The last issue I want to address this evening is one that is very personal to me. I am sad to say that my childhood memories are ravaged with domestic violence. Those memories are not pleasant; but I share my past to help end domestic abuse today.
Every year, nearly half of Maine's homicides are related to domestic violence. In 2011, 23 people were murdered, 11 involving domestic violence.
These are real lives - mothers, fathers, sisters, brothers, uncles and aunts, and yes - even children. We all feel the horrific effects of domestic violence.
This tragic loss of life is unacceptable. I have ZERO tolerance for domestic abuse, of any kind.
More than 80 percent of domestic violence assaults are committed by men. It is time men stand up, speak up, and stamp out domestic violence. As men - we must stand together as one and say no to domestic violence.
Tonight, I am proud to acknowledge a domestic violence awareness advocate who has a personal connection to the effects of this brutal abuse.
After the murder of his two-year-old grandson, Arthur Jetti became involved with the Maine Chapter of Parents of Murdered Children.
Art and I believe that it is time we shift domestic violence from being a womens' issue, to a mens' issue.
It will take a much tougher justice system to stop this violence. I have teamed up with the Chief Justice, the Attorney General, and Commissioner Morris, district attorneys, victims and the Maine Coalition to End Domestic Violence in an effort to strengthen Maine's domestic violence related laws.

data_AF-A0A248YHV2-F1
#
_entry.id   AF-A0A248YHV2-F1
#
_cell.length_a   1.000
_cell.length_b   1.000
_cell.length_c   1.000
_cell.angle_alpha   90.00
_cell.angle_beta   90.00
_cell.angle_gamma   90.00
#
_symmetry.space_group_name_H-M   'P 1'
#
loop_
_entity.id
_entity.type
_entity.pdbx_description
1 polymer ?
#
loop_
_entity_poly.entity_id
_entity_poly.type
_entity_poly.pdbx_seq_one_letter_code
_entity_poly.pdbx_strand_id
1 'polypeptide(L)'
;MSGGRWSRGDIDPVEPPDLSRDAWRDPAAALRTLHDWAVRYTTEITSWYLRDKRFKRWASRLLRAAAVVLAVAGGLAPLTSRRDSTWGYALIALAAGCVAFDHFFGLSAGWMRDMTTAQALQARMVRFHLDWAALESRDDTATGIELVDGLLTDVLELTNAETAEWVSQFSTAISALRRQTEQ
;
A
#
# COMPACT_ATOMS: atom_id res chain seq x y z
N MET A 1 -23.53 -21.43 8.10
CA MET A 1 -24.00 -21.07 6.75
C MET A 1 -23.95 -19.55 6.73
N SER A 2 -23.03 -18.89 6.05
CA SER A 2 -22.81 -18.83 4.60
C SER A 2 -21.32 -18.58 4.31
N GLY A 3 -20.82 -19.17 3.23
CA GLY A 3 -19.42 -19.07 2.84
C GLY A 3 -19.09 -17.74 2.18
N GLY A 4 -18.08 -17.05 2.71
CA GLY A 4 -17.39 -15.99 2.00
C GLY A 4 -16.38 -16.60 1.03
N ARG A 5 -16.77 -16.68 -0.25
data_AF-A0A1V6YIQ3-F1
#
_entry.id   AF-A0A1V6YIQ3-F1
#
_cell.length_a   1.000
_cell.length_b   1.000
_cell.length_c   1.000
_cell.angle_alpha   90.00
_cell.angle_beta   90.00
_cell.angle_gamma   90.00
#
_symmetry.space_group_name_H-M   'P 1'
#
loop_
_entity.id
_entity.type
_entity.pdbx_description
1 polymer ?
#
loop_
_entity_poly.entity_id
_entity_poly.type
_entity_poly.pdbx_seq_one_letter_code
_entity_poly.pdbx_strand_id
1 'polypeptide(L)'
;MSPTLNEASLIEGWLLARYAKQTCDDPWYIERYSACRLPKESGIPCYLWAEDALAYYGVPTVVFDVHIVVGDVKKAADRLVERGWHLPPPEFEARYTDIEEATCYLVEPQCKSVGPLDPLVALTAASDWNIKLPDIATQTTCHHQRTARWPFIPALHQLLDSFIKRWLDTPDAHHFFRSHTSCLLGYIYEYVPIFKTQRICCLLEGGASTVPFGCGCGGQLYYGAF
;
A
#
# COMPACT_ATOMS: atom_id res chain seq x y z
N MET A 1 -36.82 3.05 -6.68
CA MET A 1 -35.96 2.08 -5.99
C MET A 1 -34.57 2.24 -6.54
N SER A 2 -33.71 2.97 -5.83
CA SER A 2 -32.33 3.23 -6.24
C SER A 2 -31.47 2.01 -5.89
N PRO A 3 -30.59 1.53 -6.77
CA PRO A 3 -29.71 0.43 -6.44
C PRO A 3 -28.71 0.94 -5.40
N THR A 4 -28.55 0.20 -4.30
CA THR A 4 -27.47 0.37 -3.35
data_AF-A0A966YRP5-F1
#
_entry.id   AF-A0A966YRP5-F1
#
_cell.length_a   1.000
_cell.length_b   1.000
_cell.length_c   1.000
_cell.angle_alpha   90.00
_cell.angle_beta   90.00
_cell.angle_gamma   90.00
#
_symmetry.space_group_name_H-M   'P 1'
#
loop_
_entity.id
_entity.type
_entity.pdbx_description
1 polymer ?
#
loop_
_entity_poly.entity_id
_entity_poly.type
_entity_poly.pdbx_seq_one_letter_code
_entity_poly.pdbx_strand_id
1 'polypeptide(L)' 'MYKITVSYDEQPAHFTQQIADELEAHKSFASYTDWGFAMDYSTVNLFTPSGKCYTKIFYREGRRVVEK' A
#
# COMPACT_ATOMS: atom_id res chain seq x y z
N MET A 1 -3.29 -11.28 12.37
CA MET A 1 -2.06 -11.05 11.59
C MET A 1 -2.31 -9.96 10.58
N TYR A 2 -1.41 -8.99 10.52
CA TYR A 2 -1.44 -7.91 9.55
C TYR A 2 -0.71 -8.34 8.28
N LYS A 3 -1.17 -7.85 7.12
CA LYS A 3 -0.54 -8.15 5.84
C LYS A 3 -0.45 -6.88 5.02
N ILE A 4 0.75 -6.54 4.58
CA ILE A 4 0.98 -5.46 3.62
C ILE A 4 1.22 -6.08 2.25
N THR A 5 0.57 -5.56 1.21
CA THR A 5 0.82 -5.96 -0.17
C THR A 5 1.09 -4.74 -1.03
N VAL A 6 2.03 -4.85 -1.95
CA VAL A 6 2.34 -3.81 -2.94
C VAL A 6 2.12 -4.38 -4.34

Our system must focus on protecting women and children. There is more to justice than winning and losing a court case.
We must close loopholes in our current bail system. It is important that the law ensures the most dangerous offenders are put in front of a judge before bail is set.
Ending domestic violence is not a partisan issue. I'd like to thank House Minority Leader Emily Cain who has expressed an interest in sponsoring this bill.
Ladies and gentlemen, make no mistake, Maine is at a crossroads, and the road to economic recovery is a challenging one.
In order to succeed, we must put politics and gridlock aside.
It is time to roll up our sleeves, get to work and fight for the Maine people.
Thank you for this opportunity to share my thoughts and vision with you tonight. God Bless Maine and God Bless America.
Now let's get to work.